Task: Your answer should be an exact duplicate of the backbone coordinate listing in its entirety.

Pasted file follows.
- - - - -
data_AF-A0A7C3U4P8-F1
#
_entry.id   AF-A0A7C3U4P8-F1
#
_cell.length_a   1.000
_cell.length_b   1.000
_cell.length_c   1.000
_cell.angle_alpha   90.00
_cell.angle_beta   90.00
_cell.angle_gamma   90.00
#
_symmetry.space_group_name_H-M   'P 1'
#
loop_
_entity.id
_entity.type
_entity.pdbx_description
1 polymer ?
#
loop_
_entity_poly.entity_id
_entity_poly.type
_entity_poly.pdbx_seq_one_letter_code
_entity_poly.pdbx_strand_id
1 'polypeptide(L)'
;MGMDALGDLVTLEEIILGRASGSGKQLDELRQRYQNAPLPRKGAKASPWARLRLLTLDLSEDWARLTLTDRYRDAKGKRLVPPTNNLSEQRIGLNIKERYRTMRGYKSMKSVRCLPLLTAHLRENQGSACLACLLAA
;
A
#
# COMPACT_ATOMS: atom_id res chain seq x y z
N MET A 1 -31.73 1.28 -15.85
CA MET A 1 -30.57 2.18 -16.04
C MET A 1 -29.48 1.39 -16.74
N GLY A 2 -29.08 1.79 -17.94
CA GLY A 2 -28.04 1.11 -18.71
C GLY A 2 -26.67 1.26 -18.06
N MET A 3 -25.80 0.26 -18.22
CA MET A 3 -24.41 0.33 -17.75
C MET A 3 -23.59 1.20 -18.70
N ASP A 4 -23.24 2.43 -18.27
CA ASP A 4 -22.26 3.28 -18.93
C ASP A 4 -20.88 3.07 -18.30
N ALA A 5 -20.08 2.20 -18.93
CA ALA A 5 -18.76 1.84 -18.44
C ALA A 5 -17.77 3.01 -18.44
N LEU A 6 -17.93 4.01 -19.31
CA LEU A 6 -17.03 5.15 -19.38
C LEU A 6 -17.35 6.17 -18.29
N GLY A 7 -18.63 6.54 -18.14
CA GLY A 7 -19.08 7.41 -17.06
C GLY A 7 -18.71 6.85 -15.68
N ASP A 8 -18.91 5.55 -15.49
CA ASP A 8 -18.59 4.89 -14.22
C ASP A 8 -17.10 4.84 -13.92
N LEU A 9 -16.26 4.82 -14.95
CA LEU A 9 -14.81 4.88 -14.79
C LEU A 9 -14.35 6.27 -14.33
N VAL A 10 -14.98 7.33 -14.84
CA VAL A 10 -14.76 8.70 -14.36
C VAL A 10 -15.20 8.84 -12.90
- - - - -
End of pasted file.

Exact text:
data_AF-A0A7C3U4P8-F1
#
_entry.id   AF-A0A7C3U4P8-F1
#
_cell.length_a   1.000
_cell.length_b   1.000
_cell.length_c   1.000
_cell.angle_alpha   90.00
_cell.angle_beta   90.00
_cell.angle_gamma   90.00
#
_symmetry.space_group_name_H-M   'P 1'
#
loop_
_entity.id
_entity.type
_entity.pdbx_description
1 polymer ?
#
loop_
_entity_poly.entity_id
_entity_poly.type
_entity_poly.pdbx_seq_one_letter_code
_entity_poly.pdbx_strand_id
1 'polypeptide(L)'
;MGMDALGDLVTLEEIILGRASGSGKQLDELRQRYQNAPLPRKGAKASPWARLRLLTLDLSEDWARLTLTDRYRDAKGKRLVPPTNNLSEQRIGLNIKERYRTMRGYKSMKSVRCLPLLTAHLRENQGSACLACLLAA
;
A
#
# COMPACT_ATOMS: atom_id res chain seq x y z
N MET A 1 -31.73 1.28 -15.85
CA MET A 1 -30.57 2.18 -16.04
C MET A 1 -29.48 1.39 -16.74
N GLY A 2 -29.08 1.79 -17.94
CA GLY A 2 -28.04 1.11 -18.71
C GLY A 2 -26.67 1.26 -18.06
N MET A 3 -25.80 0.26 -18.22
CA MET A 3 -24.41 0.33 -17.75
C MET A 3 -23.59 1.20 -18.70
N ASP A 4 -23.24 2.43 -18.27
CA ASP A 4 -22.26 3.28 -18.93
C ASP A 4 -20.88 3.07 -18.30
N ALA A 5 -20.08 2.20 -18.93
CA ALA A 5 -18.76 1.84 -18.44
C ALA A 5 -17.77 3.01 -18.44
N LEU A 6 -17.93 4.01 -19.31
CA LEU A 6 -17.03 5.15 -19.38
C LEU A 6 -17.35 6.17 -18.29
N GLY A 7 -18.63 6.54 -18.14
CA GLY A 7 -19.08 7.41 -17.06
C GLY A 7 -18.71 6.85 -15.68
N ASP A 8 -18.91 5.55 -15.49
CA ASP A 8 -18.59 4.89 -14.22
C ASP A 8 -17.10 4.84 -13.92
N LEU A 9 -16.26 4.82 -14.95
CA LEU A 9 -14.81 4.88 -14.79
C LEU A 9 -14.35 6.27 -14.33
N VAL A 10 -14.98 7.33 -14.84
CA VAL A 10 -14.76 8.70 -14.36
C VAL A 10 -15.20 8.84 -12.90